An imperative to provide some rational alternative to the state’s present congressional map provided the main impetus for the Legislature’s special session currently in session. A federal district judge declared that the district plan which contains only one of six majority-minority districts unconstitutional, and jurisprudence for the moment dictates that the state must come up with a plan that at the very least creates an additional opportunity district – one that has a plurality of residents who identify racially as least partially as black – or an additional M/M district. If that doesn’t happen by Jan. 30, by default in February the court will draw its own map, with the court’s ideological leanings likely making it a two M/M outcome.

The state has two options here: either capitulate to draw the two M/M districts or to produce a map with fewer constructed in a way to probe outstanding constitutional questions on the matter. Two of those loom large: a partial dissent to the U.S. Supreme Court decision opening the door to elevate race above other reapportionment criteria such as maintaining continuity of representation and keeping community of interests together that if directly challenging that use as timebound would negate it, and conflicting rulings by circuit courts of appeals whether non-government groups can challenge government reapportionment choices that eventually the Court will have to sort out.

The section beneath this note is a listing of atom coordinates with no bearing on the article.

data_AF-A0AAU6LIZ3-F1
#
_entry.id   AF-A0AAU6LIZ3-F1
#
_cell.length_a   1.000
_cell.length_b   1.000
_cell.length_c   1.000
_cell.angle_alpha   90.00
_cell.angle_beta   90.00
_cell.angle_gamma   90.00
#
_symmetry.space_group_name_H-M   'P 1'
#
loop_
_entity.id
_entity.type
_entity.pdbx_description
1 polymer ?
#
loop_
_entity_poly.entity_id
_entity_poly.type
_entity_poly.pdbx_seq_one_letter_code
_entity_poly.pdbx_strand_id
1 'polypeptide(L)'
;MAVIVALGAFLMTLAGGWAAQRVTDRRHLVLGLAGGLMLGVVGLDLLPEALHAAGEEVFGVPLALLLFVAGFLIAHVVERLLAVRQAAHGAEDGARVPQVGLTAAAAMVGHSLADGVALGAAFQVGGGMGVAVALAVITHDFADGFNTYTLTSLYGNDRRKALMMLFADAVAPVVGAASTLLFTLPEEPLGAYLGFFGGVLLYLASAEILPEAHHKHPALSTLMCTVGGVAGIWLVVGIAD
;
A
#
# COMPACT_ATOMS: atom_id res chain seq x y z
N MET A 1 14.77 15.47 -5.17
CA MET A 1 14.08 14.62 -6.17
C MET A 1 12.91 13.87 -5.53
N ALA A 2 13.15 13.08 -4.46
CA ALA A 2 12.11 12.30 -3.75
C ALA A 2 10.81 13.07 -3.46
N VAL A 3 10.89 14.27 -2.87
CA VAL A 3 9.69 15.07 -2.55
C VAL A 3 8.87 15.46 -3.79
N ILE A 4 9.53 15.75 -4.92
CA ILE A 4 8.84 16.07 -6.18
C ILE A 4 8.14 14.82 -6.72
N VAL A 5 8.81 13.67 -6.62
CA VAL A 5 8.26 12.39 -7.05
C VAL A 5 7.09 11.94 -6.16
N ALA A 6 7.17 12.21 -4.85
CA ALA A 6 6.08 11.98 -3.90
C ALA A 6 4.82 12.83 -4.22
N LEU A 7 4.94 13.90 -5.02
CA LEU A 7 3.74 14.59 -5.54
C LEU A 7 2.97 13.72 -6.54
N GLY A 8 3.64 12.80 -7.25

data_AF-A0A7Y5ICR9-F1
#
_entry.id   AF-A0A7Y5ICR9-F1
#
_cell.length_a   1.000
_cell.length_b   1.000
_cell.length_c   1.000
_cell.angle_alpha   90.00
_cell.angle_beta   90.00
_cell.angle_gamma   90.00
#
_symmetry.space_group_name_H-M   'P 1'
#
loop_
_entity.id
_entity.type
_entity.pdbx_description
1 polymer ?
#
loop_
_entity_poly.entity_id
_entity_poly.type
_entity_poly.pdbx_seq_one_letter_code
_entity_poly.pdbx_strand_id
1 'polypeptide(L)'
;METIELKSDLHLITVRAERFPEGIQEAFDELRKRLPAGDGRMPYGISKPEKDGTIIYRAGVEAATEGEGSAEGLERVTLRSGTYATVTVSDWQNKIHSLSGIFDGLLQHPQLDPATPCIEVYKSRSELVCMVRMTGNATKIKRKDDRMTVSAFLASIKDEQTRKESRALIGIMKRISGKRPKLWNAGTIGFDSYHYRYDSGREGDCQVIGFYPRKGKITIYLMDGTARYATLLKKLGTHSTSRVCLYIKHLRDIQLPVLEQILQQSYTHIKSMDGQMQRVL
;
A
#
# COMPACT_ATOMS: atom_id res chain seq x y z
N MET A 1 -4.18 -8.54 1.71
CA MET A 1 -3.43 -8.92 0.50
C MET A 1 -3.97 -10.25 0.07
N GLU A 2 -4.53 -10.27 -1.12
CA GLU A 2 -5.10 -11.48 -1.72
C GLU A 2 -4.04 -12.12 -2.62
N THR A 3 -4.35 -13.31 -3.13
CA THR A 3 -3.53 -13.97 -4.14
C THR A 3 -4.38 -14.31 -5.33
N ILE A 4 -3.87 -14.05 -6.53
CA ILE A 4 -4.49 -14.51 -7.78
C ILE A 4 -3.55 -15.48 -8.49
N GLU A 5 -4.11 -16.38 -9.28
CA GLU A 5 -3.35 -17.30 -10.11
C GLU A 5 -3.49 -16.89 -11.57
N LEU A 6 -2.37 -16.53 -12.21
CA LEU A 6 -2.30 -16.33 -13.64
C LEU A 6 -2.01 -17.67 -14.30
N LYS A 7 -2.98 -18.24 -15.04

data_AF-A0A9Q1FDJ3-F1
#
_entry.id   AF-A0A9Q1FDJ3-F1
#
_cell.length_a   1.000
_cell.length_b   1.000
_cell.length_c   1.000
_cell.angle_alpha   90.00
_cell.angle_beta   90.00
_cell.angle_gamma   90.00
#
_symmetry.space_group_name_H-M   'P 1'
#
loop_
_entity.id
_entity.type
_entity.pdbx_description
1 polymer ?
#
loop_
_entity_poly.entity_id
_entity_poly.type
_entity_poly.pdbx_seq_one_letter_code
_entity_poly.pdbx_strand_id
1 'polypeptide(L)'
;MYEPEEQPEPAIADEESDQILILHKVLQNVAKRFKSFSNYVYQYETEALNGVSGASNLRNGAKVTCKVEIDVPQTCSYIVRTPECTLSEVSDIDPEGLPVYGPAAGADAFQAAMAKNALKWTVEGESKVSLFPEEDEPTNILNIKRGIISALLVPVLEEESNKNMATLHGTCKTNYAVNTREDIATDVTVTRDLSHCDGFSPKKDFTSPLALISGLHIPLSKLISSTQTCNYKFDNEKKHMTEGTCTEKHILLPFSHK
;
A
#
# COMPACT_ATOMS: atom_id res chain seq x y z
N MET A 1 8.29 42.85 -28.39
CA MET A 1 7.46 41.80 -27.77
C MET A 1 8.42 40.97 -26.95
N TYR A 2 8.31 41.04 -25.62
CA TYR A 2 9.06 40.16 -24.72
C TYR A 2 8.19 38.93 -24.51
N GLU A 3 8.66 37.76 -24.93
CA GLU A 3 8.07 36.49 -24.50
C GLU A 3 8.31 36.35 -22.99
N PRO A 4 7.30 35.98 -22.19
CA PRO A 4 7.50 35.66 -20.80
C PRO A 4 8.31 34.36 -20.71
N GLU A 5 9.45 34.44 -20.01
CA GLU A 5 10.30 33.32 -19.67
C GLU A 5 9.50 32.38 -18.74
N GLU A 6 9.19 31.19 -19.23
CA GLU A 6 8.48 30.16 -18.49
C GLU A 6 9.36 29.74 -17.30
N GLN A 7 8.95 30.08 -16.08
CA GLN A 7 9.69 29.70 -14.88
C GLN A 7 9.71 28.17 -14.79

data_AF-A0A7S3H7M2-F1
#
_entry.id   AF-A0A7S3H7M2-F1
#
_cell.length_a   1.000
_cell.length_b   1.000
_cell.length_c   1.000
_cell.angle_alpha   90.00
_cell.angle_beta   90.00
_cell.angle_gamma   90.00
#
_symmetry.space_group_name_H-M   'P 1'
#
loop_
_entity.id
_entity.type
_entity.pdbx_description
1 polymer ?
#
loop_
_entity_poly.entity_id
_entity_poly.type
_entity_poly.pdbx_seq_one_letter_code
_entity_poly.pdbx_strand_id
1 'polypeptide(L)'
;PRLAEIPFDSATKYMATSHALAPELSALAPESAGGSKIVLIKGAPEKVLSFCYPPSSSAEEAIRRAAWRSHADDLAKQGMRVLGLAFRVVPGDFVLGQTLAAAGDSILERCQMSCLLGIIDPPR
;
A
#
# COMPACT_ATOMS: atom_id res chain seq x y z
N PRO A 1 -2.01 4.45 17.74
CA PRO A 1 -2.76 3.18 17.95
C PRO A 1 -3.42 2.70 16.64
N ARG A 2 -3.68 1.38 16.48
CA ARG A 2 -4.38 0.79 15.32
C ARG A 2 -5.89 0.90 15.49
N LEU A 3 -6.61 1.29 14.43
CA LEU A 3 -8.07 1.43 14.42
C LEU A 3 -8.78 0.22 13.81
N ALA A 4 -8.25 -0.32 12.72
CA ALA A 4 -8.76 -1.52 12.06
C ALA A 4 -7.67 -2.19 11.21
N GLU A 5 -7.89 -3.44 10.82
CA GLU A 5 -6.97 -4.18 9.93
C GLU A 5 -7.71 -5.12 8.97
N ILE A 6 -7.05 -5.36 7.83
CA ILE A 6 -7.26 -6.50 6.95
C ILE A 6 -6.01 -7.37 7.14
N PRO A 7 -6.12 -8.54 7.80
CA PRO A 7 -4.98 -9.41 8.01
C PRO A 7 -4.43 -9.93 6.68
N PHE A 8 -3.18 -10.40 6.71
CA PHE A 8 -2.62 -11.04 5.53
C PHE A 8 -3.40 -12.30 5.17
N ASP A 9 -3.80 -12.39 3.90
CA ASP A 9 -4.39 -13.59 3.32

Landry has backed surrender by signaling support for SB 8 by Republican state Sen. Glen Womack. The bill would convert the existing Sixth District into M/M status mainly by shifting the westerly northwestern Fourth eastward and south to connect parts of Shreveport with Alexandria and to the doorstep of Lake Charles, attenuating the reach of the central to northeastern Fifth from the south and west but connecting Monroe to Baton Rouge, and lopping off the southern end of the Baton Rouge-south-to-the-coast Sixth in favor of extending it from inner-city Shreveport down the Red River to gulp in parts of Alexandria then splaying southward to pick off parts of Lafayette and Baton Rouge while removing Baton Rouge precincts from the Second.

Like a plan favored by special interests and Democrats that makes likely Democrats can win the two M/M seats, it grants narrow black majorities in each. The difference is the Democrat-favored plan, which the district court probably would try to impose in absence of legislative action, would rejigger lines to make the Fifth M/M.

Landry appears to prefer SB 8 because in part it protects the electability of GOP Rep. Julia Letlow, the state’s only female member and of one of just nine GOP congresswomen in the deep south, but mainly as it threatens GOP Rep. Garret Graves, who has stirred resentment not only of Landry but by other members of the Republican congressional delegation. Graves indirectly supported an opponent of Landry’s and worked against the leadership aspirations of the top two leaders of the House of Representatives, Louisianans Republicans Speaker Mike Johnson and Majority Leader Steve Scalise.

If choosing SB 8 as the option, essentially the state forfeits any chance of retaining its current single M/M lineup, not only by its discarding but also in that it forgoes the chance at the constitutional challenges. By no means is it a sure thing that a single M/M plan, even with another opportunity district, would prevail, so Landry’s strategy could be seen as setting aside the chance to reflect better the will of the voters and Legislature in favor of a sure thing that also achieves other purposes, although it would rankle some members of his party that has a supermajority in each chamber.